SWEET PILLS
These bird-shaped dispensers for saccharin were popular after World War II.
Credit: UNC Press
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SWEET PILLS
These bird-shaped dispensers for saccharin were popular after World War II.
Credit: UNC Press

It was during the sugar shortages of World War II, de la Peña argues, that U.S. housewives came to discover the virtues of saccharin. Official recommendations from home economists and food-safety experts explicitly warned against using saccharin as a sugar substitute, pointing especially to its bitterness in cooked foods. In sugar’s place, they recommended corn syrup, molasses, or maple syrup. Nevertheless, leading saccharin manufacturers, including Monsanto, E. R. Squibb, and Parke-Davis & Co., reported soaring demand for their product shortly after the beginning of rationing. The unavailability of sugar, combined with a growing interest in dieting and weight loss, encouraged women to experiment with a product officially marketed only to diabetics.

Here de la Peña’s substantial skills as a social and cultural historian are on fine display as she uncovers evidence for such covert usage not only in specialty diet books and queries directed to the “ladies’ pages,” but also in more unexpected sources, such as the popularity of decorative, bird-shaped dispensers for saccharin pills. Using saccharin became a way for women to exercise control and display their sophistication.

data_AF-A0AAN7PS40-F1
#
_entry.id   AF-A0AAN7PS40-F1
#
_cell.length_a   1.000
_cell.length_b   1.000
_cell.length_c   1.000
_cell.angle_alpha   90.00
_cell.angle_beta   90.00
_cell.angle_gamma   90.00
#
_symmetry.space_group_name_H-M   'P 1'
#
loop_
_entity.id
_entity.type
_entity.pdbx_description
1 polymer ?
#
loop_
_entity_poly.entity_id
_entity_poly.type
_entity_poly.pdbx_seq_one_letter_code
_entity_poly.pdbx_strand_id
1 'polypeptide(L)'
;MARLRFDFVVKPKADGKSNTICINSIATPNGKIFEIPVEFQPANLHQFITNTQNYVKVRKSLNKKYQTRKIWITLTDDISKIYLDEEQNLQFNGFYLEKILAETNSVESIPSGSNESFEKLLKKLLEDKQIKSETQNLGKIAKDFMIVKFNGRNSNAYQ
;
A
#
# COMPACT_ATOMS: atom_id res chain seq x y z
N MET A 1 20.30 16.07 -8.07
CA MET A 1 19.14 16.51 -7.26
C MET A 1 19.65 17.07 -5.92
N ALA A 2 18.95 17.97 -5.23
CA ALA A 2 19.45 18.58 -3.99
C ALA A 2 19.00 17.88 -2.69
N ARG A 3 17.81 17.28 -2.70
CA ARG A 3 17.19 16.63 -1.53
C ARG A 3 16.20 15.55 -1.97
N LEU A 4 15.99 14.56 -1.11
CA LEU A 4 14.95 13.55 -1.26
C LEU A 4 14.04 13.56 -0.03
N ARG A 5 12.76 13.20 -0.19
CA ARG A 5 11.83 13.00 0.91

The practice of using artificial sweeteners was made substantially easier in 1951, when Abbott Laboratories received FDA approval to market Sucaryl, a sodium cyclamate that dissolved easily and lacked saccharin’s bitterness. Throughout the 1950s and 1960s, both Sucaryl and saccharin increasingly found their way into American homes, whether in the form of prepackaged diet foods or as individual pills to sweeten reduced-sugar desserts. Often, as in the author’s illuminating discussion of the relationship between Abbott Laboratories and the California Canners & Growers (CCG) cooperative, food manufacturers looked to their partners in the chemical industry for product ideas, technical expertise, and a sense of chemical camaraderie.